Tapentadol Versus Tramadol: A Narrative and Comparative Review of Their Pharmacological, Efficacy and Safety Profiles in Adult Patients

Link to article at PubMed

Drugs. 2021 Jul 1. doi: 10.1007/s40265-021-01515-z. Online ahead of print.

ABSTRACT

We conducted a narrative review of the literature to compare the pharmacological, efficacy and safety profiles of tapentadol and tramadol, and to assess the clinical interest of tapentadol in adult patients. Tapentadol and tramadol share a mixed mechanism of action, including both mu-agonist and monoaminergic properties. Tapentadol is approximately two to three times more potent than tramadol and two to three times less potent than morphine. It has no identified analgesically active metabolite and is not significantly metabolised by cytochrome P450 enzymes, thus overcoming some limitations of tramadol, including the potential for pharmacokinetic drug-drug interactions and interindividual variability due to genetic polymorphisms of cytochrome P450 enzymes. The toxicity profiles of tramadol and tapentadol are similar; however tapentadol is likely to result in less exposure to serotoninergic adverse effects (nausea, vomiting, hypoglycaemia) but cause more opioid adverse effects (constipation, respiratory depression, abuse) than tramadol. The safety of tapentadol in real-world conditions remains poorly documented, particularly in at-risk patient subgroups and also in the ability to assess the risk associated with its residual serotonergic activity (serotonin syndrome, seizures). Because of an earlier market introduction, more real-world safety data are available for tramadol, including data from at-risk patient subgroups. The level of evidence on the efficacy of both tramadol and tapentadol for the treatment of chronic pain is globally low. The trials published to date show overall that tapentadol does not provide a clinically significant analgesic improvement compared to existing treatments, for which the safety profile is much better known. In conclusion, tapentadol is not a first-line opioid but represents an additional analgesic in the therapeutic choices, which some patients may benefit from after careful examination of their clinical situation, co-morbidities and co-medications.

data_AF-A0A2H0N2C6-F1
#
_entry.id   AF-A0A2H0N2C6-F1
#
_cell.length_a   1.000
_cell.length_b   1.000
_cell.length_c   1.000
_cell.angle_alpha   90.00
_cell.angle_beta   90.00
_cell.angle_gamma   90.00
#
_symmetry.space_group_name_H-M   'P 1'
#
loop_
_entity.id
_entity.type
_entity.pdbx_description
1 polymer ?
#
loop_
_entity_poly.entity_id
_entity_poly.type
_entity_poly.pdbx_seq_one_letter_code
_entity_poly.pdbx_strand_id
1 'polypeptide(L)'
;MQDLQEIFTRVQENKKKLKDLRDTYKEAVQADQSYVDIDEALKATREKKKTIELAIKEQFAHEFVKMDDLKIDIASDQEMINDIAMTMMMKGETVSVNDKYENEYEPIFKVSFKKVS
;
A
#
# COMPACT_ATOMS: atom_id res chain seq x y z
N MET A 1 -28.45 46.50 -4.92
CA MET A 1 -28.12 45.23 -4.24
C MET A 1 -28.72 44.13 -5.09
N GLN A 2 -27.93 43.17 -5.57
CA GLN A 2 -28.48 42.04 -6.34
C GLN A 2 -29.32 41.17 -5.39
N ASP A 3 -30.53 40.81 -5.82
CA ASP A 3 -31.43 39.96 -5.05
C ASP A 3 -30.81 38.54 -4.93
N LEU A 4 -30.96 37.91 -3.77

PMID:34196947 | DOI:10.1007/s40265-021-01515-z

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